Is it surprising that politics and show business are thought to have more than their fair share of socialized psychopaths?

    Cruel yet magnetic

    The socialized psychopath can be very attractive for the very qualities that make them psychopathic. This is not as contradictory as it sounds. A person whom we sense is not encumbered with the same inhibitions, doubts, uncertainties and sensitivities that plague the rest of mankind can seem very attractive. They can have such an aura of confidence and freedom about them. They may be enormously fun sensation-seeking risk takers. There are ‘no strings on them’ – or so it would appear. They may even seem like heroes to us. And they will keep us onside while we are useful to them. If you watch them carefully, however, their humor will tend to be on the cruel side.

    Cult leader Jim Jones was very magnetic and attracted a great number of followers to his ‘Jonestown’ settlement where they met their tragic deaths. He was reported to have enjoyed dissecting live animals as a child – a common childhood indicator of psychopathy. Other people’s suffering does not shock the psychopath as it does ordinary people, although they can look as shocked as anyone on the surface. How so?

    Feigning empathy

    A psychopath is not ’emotion blind’. They can ‘read’ other people’s emotions perfectly well, and mimic them perfectly well. And for them, other people’s emotions are just another counter to use in their games. They themselves rarely get worked up about anything except not getting what they want.

    How do you deal with someone who has no empathy, guilt, remorse or fear?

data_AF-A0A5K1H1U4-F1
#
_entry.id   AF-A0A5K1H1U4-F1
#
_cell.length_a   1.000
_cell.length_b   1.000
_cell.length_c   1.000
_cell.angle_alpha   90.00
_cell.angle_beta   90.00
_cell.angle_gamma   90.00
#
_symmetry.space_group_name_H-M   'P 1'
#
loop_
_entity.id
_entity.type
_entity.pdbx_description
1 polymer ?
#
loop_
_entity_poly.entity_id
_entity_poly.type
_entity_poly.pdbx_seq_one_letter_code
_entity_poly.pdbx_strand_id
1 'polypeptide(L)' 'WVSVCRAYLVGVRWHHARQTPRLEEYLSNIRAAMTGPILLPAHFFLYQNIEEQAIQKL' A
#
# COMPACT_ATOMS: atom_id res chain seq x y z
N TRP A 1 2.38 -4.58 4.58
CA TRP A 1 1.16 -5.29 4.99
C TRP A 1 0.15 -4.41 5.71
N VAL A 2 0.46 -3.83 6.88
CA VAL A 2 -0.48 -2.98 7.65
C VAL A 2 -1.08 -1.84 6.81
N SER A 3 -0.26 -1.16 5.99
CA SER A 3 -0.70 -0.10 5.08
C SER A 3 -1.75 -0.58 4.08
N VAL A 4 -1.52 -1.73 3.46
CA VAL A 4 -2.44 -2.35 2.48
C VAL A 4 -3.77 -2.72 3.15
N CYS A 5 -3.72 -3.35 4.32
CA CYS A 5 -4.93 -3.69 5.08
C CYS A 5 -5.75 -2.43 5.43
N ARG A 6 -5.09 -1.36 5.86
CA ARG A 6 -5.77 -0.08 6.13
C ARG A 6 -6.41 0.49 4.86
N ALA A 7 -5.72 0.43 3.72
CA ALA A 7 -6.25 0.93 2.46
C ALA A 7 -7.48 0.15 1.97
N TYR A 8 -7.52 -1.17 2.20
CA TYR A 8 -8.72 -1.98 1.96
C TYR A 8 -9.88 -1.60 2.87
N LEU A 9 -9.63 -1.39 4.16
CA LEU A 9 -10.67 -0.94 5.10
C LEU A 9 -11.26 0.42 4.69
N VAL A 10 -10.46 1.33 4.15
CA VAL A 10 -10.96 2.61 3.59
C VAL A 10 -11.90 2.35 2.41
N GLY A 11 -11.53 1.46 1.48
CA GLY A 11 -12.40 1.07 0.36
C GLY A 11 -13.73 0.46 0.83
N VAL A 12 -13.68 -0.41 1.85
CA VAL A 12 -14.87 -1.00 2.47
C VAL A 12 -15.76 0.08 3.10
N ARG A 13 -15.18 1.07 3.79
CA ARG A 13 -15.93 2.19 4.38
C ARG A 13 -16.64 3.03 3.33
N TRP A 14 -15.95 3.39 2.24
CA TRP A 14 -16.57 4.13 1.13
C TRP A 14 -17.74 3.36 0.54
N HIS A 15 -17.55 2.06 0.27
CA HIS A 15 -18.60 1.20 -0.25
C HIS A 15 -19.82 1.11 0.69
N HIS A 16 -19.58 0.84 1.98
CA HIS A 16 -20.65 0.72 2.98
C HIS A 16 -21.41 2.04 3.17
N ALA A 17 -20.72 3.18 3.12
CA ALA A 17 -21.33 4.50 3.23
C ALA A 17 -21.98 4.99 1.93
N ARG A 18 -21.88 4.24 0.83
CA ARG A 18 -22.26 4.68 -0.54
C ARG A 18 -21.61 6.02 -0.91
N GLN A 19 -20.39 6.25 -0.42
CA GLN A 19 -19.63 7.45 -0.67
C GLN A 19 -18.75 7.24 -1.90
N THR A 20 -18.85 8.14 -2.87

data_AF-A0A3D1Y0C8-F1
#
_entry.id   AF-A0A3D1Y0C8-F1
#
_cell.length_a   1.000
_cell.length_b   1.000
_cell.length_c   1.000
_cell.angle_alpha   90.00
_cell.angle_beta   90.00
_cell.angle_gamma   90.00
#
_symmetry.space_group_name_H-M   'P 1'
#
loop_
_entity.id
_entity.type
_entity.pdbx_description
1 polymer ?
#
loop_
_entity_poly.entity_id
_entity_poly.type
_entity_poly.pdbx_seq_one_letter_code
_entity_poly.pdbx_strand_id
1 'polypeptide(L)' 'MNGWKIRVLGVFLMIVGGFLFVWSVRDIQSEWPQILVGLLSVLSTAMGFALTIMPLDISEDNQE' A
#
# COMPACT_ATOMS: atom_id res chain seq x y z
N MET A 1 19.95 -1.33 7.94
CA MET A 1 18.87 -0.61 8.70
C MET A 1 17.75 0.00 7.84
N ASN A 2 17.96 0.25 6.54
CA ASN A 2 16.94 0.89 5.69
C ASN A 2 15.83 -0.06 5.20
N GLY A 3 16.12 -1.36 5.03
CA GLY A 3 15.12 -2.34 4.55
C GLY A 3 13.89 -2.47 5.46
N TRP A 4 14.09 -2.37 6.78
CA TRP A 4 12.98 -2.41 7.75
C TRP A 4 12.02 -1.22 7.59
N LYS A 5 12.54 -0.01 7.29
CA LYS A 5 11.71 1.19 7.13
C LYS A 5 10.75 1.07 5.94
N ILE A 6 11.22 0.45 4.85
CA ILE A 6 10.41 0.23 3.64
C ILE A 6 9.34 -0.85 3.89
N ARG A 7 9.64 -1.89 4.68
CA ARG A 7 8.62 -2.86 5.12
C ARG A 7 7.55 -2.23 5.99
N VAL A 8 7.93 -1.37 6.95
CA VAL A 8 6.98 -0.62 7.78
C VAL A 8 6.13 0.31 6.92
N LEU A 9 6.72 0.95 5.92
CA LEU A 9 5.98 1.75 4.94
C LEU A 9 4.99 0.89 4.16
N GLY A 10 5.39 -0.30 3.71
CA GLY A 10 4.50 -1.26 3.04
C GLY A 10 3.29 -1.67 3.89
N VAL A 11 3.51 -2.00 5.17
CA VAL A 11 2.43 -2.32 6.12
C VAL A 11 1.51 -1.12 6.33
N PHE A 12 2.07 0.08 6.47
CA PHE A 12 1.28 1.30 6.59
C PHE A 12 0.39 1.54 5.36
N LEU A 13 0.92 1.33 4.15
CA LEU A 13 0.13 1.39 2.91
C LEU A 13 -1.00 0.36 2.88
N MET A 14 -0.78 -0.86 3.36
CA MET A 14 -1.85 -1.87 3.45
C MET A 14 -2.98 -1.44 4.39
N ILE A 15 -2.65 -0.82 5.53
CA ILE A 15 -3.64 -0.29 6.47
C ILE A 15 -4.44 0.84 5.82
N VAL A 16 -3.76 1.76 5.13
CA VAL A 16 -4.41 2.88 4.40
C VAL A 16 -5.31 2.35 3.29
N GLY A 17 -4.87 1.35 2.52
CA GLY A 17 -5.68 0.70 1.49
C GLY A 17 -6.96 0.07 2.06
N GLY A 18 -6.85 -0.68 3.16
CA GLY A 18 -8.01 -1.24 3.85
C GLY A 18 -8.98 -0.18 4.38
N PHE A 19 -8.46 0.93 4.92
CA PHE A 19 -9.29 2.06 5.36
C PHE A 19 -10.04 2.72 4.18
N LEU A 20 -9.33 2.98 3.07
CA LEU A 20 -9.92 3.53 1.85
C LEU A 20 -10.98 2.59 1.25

A psychopath may understand other people frighteningly well. They can watch dispassionately, with a cold and calculating mind, going convincingly through the motions of empathy on the surface while focusing on how to turn the situation to their advantage. The only way to spot them is to observe them carefully over a significant period of time. Do they regularly say one thing and then do another, more than other people? Do they use people emotionally, sexually, professionally and then discard them casually? Do they sometimes seem strangely un-shocked by shocking events?

    Cold hearts

    Not surprisingly, many two-faced bullies show strong psychopathic tendencies. As they say: ‘You can’t turn a lion into a vegetarian by throwing veggie burgers at it.’ Trying to appeal to the better nature of a person who hasn’t got a better nature is a losing strategy. Psychopaths do not feel guilt or shame. They won’t feel genuinely sorry for you and will only put up a front of convincing looking sympathy for as long as it suits them.

    If you suspect there is a psychopath causing havoc in your life then you need to avoid them as much as possible. Collect and record evidence of their manipulative behavior. Try to avoid seeing them except when other people are around. Psychopaths leave a string of broken hearts, disappointment, bewilderment and empty wallets in their wake. Romantic relationships with a psychopath (of either sex) are fraught with dangers to your emotional and even physical well-being.

    How do you treat the psychopath?

    Traditionally psychopaths have only been ‘treated’ when they have been caught in criminal misdemeanor, and that ‘treatment’ has often been no more than punishment. Psychopathy is seen as a ‘personality disorder’ and therefore pretty much untreatable. Psychopaths may be very happy with being the way they are and there is some evidence that their brains, in some respects, work quite differently from other people’s.